For its first century Mesquite was a hard-working farm town of considerable reputation in agricultural circles, unknown otherwise. Then in 1980 this sleepy little community two miles west of the Arizona line began to sprout neon, add asphalt and show other signs of becoming a new Nevada boomtown. Si Redd built the Oasis Casino Resort and the boom was on.
There are four major casino hotels now with casino games and slot machines galore, but in Mesquite the name of the game is golf. With four major league golf courses drawing golfers from St. George and southwestern Utah and the Las Vegans who enjoy a respite from the supercharged surroundings of the city, and you’ve got some serious golfing going on.
Now, after more than a century of hardscrabble farming and more than two decades in the resort business, Mesquite has proclaimed itself the new — no, not Las Vegas! — Palm Springs.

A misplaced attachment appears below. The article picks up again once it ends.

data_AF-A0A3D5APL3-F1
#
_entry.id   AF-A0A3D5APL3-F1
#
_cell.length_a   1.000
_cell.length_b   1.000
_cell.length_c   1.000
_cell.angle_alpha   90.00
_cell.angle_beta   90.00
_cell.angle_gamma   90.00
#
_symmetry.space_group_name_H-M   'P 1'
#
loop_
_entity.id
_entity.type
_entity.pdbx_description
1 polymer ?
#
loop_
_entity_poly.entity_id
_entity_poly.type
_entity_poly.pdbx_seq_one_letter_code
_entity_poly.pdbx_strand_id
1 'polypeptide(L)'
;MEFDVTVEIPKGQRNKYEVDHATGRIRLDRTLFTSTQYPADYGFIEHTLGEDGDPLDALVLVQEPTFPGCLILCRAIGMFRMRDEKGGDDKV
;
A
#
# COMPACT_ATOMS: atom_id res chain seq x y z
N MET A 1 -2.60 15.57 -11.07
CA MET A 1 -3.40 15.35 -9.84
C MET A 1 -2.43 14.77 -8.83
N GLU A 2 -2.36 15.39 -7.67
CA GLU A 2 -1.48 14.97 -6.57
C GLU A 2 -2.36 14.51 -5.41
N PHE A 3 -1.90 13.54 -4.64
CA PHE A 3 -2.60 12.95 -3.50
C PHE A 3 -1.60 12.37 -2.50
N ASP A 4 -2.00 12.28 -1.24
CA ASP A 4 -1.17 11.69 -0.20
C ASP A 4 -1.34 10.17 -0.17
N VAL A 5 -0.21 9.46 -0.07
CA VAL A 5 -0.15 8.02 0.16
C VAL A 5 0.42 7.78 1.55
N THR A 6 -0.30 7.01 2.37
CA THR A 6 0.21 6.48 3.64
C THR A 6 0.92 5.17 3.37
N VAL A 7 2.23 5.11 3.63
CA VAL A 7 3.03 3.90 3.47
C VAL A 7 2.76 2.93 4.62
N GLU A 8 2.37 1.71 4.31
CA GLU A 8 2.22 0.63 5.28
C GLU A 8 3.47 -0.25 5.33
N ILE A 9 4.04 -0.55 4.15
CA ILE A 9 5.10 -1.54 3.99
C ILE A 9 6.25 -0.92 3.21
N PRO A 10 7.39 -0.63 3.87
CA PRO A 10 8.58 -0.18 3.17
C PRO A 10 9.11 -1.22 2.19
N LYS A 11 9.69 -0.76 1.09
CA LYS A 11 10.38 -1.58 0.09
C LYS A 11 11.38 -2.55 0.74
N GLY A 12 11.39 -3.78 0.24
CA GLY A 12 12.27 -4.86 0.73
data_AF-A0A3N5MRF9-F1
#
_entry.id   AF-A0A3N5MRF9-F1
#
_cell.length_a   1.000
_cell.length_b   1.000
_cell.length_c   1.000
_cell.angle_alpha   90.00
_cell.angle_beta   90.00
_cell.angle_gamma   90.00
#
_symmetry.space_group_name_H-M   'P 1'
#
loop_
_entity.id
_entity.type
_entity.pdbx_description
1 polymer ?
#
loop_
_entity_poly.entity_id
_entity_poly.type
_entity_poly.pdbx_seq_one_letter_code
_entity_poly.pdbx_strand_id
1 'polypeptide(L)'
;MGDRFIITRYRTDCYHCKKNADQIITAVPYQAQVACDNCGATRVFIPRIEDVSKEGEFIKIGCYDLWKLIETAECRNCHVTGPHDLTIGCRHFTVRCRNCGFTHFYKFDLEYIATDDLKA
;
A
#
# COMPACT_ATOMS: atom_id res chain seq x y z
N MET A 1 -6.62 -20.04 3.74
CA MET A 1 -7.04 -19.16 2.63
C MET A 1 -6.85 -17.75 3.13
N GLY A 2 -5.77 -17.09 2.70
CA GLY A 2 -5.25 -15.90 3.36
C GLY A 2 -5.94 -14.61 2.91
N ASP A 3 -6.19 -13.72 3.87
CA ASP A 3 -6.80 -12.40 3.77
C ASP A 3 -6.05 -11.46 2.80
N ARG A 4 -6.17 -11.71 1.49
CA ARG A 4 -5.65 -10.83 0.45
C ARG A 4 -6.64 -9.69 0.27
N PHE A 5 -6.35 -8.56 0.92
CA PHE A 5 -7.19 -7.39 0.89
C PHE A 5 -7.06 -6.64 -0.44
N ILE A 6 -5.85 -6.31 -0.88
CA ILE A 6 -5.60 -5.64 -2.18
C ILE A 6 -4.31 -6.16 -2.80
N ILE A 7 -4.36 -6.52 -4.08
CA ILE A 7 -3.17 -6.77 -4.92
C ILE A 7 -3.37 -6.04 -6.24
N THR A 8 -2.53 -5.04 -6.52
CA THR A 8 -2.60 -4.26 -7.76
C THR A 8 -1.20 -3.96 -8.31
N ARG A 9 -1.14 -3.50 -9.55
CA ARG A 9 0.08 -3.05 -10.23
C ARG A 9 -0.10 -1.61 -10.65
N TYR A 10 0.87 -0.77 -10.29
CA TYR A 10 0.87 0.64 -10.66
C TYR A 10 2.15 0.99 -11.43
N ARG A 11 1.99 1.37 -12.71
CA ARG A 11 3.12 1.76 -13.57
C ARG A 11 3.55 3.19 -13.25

It’s so easy and enjoyable in Mesquite now that it’s hard to realize what a struggle life was for the first settlers here. At the wonderful Desert Valley Museum, on Main Street, you can get a sense of how it was before golf. It was so hard that after 15 years only one family remained: Dudley Leavitt, his five wives and 51 children. In 1897 five newly-wed couples from Bunkerville joined the Leavitts at Mesquite, erecting a tent to serve as school, church and town hall, with three more long years before the first frame buildings were built.